Why Are Your Fingerprints Unique?

published 7 months ago by Neptune Studios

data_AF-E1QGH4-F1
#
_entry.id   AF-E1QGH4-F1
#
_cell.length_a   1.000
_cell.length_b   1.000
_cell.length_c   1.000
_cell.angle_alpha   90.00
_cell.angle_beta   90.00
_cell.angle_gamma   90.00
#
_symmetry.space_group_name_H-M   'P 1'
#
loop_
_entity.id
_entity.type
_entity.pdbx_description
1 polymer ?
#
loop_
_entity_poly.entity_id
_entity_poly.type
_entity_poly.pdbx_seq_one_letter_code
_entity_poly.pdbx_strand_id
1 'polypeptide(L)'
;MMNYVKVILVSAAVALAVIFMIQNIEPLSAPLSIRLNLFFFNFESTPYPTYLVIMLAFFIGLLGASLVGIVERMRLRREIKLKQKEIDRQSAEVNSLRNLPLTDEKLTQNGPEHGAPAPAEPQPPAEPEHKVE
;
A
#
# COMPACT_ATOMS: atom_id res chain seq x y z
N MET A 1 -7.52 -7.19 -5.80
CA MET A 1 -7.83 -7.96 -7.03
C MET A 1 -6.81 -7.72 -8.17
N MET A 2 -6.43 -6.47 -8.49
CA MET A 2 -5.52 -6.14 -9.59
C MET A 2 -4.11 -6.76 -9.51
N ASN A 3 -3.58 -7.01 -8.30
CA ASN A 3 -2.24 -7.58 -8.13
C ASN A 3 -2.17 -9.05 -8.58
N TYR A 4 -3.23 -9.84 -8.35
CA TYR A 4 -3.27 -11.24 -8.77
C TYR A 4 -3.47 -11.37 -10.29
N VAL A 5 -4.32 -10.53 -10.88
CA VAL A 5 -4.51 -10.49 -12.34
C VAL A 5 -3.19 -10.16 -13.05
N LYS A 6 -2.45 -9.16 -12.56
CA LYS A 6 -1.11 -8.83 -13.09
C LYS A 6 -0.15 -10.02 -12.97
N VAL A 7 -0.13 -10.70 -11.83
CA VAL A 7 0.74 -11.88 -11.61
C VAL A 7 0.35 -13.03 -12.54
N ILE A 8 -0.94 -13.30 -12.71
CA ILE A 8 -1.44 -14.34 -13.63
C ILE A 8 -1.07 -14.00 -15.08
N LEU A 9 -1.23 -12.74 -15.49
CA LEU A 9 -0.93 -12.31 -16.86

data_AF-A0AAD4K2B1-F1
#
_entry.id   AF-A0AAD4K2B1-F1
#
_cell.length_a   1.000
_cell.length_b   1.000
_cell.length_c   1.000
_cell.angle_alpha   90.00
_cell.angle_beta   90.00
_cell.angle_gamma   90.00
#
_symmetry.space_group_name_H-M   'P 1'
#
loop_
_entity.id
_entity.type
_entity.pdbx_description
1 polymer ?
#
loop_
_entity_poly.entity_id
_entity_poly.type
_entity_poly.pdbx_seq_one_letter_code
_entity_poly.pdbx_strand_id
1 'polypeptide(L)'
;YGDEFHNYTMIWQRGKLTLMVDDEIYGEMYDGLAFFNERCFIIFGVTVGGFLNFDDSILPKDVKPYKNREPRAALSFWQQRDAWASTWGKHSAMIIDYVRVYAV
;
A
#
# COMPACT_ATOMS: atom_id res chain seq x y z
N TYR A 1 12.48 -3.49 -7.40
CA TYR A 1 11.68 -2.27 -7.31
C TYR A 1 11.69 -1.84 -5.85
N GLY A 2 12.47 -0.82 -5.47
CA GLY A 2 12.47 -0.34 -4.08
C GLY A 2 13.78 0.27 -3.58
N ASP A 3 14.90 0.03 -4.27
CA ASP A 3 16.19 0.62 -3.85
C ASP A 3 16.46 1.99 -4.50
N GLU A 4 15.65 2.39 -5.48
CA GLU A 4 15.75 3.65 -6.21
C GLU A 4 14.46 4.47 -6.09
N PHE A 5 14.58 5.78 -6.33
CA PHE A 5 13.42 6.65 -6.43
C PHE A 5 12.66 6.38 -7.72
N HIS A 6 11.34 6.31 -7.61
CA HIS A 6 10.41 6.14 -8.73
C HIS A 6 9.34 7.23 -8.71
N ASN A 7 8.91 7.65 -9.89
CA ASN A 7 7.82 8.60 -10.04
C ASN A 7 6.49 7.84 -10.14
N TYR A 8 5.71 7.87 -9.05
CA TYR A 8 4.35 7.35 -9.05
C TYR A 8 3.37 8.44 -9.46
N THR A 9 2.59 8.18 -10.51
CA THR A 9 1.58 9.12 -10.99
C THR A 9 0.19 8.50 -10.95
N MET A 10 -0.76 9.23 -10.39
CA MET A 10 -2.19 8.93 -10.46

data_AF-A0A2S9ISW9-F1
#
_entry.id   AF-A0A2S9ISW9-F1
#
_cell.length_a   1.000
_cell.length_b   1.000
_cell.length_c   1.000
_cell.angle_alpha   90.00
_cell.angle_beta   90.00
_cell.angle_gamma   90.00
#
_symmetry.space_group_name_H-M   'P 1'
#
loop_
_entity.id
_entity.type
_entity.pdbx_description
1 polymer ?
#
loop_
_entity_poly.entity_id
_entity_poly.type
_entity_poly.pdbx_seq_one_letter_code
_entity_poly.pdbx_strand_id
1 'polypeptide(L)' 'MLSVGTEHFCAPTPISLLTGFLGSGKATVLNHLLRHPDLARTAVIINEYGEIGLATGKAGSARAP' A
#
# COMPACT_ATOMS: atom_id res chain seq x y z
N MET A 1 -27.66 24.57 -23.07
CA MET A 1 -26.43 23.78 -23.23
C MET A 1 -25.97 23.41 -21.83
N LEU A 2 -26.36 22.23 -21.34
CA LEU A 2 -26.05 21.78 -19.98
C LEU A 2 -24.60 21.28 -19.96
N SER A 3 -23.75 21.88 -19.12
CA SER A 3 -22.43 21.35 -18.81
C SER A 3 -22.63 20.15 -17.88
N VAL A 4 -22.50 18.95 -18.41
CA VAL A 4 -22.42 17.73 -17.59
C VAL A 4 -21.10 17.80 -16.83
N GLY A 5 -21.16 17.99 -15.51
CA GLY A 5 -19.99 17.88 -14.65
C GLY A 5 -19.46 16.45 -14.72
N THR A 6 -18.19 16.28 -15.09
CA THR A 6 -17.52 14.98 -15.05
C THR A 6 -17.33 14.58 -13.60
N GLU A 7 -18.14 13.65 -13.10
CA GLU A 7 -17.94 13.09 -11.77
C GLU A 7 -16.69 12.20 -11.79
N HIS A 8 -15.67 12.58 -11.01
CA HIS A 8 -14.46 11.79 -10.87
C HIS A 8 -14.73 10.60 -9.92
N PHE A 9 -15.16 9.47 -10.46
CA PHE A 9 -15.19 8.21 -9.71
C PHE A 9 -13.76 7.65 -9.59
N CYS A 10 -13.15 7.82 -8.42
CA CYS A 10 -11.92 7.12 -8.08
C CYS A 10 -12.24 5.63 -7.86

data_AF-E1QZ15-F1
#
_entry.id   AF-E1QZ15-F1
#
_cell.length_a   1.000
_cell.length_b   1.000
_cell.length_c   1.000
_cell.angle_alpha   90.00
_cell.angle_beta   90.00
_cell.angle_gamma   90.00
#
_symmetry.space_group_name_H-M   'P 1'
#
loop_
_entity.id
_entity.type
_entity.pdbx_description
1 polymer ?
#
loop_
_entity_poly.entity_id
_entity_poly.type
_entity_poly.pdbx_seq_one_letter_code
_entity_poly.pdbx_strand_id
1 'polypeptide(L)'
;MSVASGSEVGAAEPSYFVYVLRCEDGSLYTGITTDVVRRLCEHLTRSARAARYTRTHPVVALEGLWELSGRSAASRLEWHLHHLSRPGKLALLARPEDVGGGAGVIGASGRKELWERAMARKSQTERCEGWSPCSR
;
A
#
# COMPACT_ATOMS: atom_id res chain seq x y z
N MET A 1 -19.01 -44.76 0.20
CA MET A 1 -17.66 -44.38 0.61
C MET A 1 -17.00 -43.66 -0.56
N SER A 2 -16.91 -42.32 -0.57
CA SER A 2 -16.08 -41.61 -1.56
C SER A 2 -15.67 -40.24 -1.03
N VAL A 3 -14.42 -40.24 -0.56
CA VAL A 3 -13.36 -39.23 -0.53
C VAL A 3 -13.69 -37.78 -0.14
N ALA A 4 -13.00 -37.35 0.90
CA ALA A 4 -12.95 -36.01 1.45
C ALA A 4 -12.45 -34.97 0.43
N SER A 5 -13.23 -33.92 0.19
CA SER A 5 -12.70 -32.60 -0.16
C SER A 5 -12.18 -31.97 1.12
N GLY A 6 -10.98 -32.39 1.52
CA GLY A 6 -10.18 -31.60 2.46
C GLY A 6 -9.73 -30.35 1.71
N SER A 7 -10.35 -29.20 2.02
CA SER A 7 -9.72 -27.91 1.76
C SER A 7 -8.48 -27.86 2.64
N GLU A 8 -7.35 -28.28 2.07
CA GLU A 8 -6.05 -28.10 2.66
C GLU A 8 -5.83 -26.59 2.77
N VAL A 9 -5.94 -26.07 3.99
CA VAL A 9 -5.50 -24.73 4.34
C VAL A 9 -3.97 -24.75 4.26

Try Dashlane Premium free for 30 days: . Use the coupon code ‘MinuteEarth’ to get 10% off Dashlane Premium. Because of the chaotic way fingerprints develop and the multiplying effect of compound probability, it's basically impossible for any two fingers to have matching prints. Thanks also to our Patreon patrons and our YouTube members. ___________________________________________ To learn more, start your googling with these keywords: Fingerprint: The markings on the skin on the last joint of the thumb or finger. Fingerprint Ridges: The raised lines on the fingerprint. Fingerprint Pattern: The main design in the middle of the fingerprint; usually a loop, whorl, or arch. Volar Pad: The mass of stem cells that grows under the fingers during a particular time during fetal development that is responsible for determining the pattern of the fingerprint. Fingerprint Minutiae: The various tiny points in each fingertip where the ridgelines get blocked or split. Compound Probability: The likelihood that independent events will occur simultaneously. ___________________________________________ Subscribe to MinuteEarth on YouTube: Support us on Patreon: And visit our website: Say hello on Facebook: And Twitter: And download our videos on itunes: ___________________________________________ Credits (and Twitter handles): Script Writer, Video Director, and Narrator: David Goldenberg (@dgoldenberg) Video Illustrator: Arcadi Garcia & Ever Salazar With Contributions From: Henry Reich, Alex Reich, Kate Yoshida, Peter Reich Music by: Nathaniel Schroeder: ___________________________________________ References: Kucken, M. and Newell, A. (2005). Fingerprint Formation. Journal of Theoretical Biology. 235 (71-83). Retrieved from: . Kucken, M. (2007). Models for Fingerprint Pattern Formation. Forensic Science International. 171 (85-96). Retrieved from: . Kucken, Michael (2018). Personal Communication. Center of Information Services and High Performance Computing. TU Dresden. Wertheim, K. (2011). Fingerprint Sourcebook: Embryology and Morphology of the Friction Skin Ridge. Retrieved from:

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